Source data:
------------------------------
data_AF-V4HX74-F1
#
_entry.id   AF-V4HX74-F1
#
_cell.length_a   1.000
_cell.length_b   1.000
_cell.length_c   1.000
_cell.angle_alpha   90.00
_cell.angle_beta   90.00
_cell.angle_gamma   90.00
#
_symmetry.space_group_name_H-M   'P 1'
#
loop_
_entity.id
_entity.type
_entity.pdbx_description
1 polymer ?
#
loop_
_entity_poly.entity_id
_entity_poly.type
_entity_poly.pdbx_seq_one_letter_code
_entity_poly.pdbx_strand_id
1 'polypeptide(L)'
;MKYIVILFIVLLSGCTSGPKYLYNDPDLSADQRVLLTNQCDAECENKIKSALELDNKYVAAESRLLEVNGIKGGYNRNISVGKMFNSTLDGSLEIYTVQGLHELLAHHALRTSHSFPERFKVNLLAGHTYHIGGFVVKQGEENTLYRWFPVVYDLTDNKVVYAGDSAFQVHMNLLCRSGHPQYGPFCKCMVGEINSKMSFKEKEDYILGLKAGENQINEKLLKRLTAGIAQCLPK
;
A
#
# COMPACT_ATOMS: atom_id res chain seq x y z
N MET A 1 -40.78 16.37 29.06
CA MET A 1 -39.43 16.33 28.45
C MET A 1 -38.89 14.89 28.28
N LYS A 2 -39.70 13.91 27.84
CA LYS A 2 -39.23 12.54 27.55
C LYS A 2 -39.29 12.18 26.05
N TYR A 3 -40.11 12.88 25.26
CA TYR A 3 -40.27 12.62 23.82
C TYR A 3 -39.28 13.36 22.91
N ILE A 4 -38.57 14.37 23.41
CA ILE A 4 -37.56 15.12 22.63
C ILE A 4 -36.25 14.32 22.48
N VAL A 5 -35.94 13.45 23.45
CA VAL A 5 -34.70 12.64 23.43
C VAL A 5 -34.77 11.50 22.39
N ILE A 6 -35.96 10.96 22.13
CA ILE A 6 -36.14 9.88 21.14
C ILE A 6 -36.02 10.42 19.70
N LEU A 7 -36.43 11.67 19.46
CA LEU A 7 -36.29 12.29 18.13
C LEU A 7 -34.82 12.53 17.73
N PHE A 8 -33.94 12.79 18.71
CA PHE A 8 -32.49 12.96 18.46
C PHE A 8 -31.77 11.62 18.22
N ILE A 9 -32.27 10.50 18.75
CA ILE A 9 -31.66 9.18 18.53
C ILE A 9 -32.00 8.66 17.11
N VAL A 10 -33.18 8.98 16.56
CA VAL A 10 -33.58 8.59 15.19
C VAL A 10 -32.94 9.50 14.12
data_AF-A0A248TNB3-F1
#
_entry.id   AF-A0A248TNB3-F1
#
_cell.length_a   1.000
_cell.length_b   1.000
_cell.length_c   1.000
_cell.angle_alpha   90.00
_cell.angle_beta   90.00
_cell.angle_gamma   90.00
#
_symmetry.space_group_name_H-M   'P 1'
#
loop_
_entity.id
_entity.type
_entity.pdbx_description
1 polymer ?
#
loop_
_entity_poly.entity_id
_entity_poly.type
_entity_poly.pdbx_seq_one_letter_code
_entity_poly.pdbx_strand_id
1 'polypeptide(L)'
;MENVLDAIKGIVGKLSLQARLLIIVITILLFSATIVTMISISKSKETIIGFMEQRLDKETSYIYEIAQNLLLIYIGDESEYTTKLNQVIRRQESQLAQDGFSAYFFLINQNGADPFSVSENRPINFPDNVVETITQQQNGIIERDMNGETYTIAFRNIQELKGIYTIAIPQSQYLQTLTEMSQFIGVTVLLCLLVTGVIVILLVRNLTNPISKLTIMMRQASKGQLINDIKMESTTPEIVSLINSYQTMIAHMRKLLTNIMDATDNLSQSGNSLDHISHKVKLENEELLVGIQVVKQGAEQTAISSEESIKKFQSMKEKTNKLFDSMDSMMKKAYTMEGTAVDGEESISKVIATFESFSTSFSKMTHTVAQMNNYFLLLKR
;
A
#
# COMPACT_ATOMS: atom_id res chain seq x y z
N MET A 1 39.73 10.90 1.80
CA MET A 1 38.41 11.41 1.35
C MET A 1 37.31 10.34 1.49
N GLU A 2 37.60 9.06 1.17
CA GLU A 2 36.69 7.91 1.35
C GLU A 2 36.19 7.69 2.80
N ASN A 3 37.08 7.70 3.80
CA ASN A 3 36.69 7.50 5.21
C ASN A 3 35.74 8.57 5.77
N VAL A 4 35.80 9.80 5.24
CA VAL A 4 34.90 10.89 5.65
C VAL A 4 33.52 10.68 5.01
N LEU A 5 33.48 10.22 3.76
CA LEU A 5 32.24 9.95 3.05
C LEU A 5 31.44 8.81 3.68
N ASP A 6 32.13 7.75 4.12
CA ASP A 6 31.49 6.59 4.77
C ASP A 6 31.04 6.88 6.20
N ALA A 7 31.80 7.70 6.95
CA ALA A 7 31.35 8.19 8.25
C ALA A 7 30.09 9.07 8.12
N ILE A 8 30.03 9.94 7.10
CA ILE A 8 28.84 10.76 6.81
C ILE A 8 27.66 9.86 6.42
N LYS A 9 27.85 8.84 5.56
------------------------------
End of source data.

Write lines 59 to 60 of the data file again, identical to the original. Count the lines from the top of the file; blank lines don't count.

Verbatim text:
CA VAL A 10 -33.58 8.59 15.19
C VAL A 10 -32.94 9.50 14.12